Ethan Banks Not writing about IT.

NMC DOiT Vol.2 Scenario 21 – ip accounting precedence + IOS menu + RIPng port & multicast-group + 3550 Minimal Configuration Load Balancing + Pragmatic General Multicast

N

Continued from the previous post.

  • Using the “ip accounting precedence” interface command will instruct the router to increment counters in response to IP packets with precedence values.

    R5#show run interf s1/0
    !
    interface Serial1/0
    ip accounting precedence input
    ip accounting precedence output

    end

    R5#show run interf s1/1
    !
    interface Serial1/1
    ip accounting precedence input
    ip accounting precedence output

    end
    !
    R5#show interfaces s1/0 precedence
    Serial1/0
    Input
    Precedence 0: 103 packets, 13818 bytes
    Precedence 2: 7 packets, 616 bytes
    Precedence 6: 34499 packets, 4191542 bytes
    Output
    Precedence 0: 5 packets, 520 bytes
    Precedence 5: 5 packets, 520 bytes
    Precedence 6: 34476 packets, 4429712 bytes
    !
    R5#show interfaces s1/1 precedence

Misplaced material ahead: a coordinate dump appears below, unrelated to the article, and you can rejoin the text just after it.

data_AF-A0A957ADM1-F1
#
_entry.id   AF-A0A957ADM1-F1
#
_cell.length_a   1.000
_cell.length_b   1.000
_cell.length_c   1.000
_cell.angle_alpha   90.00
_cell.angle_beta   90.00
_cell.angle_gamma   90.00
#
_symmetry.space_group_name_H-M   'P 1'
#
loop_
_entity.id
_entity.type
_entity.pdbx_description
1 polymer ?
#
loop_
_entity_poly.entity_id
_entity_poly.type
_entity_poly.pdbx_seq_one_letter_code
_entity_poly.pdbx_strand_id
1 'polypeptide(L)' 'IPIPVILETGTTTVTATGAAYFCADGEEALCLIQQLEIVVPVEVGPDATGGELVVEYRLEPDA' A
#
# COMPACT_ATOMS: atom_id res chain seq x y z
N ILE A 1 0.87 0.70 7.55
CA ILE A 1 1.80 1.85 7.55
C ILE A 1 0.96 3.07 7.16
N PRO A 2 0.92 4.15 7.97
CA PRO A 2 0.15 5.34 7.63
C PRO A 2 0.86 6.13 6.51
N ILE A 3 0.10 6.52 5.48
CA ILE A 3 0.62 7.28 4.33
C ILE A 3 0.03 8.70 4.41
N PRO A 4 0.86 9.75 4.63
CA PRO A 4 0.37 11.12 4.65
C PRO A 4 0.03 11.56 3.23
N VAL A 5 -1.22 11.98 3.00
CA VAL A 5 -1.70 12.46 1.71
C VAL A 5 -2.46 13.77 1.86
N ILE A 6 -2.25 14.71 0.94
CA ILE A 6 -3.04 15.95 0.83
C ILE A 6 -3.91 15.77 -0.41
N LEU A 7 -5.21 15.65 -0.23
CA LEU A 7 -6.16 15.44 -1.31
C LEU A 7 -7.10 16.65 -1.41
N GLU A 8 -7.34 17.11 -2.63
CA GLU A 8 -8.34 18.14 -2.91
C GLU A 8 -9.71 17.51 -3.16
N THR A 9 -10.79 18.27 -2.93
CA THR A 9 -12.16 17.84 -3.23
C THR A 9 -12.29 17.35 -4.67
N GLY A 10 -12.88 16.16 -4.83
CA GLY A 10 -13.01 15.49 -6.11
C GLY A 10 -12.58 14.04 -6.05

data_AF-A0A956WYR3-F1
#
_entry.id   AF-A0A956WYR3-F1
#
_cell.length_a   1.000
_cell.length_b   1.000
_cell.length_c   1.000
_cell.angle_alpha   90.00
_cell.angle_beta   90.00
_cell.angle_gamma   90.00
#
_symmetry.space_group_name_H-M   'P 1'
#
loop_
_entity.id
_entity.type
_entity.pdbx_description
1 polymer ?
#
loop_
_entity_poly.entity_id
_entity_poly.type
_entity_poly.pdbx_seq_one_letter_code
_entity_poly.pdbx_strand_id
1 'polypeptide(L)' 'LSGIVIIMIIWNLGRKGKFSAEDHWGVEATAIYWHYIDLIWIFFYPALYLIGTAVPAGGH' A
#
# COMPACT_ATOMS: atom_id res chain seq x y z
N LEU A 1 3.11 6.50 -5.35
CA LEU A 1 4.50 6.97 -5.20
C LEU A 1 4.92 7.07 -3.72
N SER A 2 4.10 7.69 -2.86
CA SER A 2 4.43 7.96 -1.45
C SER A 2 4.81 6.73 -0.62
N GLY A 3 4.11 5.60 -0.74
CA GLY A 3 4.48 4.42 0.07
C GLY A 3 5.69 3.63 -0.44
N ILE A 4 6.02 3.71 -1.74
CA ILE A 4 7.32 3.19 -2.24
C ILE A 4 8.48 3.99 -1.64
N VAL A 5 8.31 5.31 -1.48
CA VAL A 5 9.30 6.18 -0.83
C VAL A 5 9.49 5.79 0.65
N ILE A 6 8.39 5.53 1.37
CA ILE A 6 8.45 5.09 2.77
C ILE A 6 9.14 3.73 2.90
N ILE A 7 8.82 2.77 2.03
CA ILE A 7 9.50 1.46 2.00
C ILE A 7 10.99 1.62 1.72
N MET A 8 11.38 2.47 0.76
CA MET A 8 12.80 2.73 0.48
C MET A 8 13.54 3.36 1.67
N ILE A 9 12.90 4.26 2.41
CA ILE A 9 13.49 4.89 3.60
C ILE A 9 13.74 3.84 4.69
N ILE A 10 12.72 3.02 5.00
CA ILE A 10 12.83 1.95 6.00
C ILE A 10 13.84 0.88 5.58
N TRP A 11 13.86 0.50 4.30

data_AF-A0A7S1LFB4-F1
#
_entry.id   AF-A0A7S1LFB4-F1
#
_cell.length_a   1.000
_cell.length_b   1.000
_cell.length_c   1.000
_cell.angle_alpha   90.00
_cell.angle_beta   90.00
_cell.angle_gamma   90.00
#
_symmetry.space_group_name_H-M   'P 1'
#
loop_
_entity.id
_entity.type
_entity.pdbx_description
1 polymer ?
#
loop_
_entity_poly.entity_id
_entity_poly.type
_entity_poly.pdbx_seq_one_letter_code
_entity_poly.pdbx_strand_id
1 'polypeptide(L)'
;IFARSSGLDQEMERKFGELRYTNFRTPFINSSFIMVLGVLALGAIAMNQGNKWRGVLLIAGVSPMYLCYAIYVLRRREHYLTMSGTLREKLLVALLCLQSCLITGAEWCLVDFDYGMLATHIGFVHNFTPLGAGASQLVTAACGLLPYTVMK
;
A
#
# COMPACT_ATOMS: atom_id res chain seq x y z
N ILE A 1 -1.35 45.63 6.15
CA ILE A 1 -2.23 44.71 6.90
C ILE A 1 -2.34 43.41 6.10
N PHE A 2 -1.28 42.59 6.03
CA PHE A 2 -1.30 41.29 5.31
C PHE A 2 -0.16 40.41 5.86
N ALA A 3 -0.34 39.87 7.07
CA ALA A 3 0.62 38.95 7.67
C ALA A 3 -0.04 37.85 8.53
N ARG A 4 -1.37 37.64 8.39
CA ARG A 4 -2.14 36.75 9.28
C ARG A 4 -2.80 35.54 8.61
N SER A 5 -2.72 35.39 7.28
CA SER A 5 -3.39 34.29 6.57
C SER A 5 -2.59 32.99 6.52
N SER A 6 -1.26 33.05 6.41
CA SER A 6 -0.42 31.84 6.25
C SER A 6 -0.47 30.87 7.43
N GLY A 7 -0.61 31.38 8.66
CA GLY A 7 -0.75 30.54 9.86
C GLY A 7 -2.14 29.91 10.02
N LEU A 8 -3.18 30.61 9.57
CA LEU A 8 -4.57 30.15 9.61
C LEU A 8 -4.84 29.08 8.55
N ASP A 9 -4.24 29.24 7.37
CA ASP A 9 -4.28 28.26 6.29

Serial1/1
    Input
    Precedence 0: 254 packets, 26416 bytes
    Precedence 6: 34545 packets, 3951719 bytes
    Output
    Precedence 0: 83 packets, 8632 bytes
    Precedence 2: 80 packets, 3930 bytes
    Precedence 6: 40279 packets, 5016810 bytes

  • You can build an IOS menu, so that when users login, they are presented with a menu instead of the CLI. This example sets up a menu system that presents the user with a 2 item menu upon successful telnet login with the “admin” account. I telnet from R1 CLI to the R1 loopback to demonstrate the menu, then hit “2” to exit.

    R1#show run
    !
    username admin password 0 cisco
    username admin autocommand menu menu1
    !
    menu menu1 title ^C
    Admin’s Menu ^C
    menu menu1 text 1 Display Routes
    menu menu1 command 1 show ip route
    menu menu1 text 2 Exit
    menu menu1 command 2 exit
    menu menu1 default 2

    line vty 0 4
    exec-timeout 0 0
    privilege level 15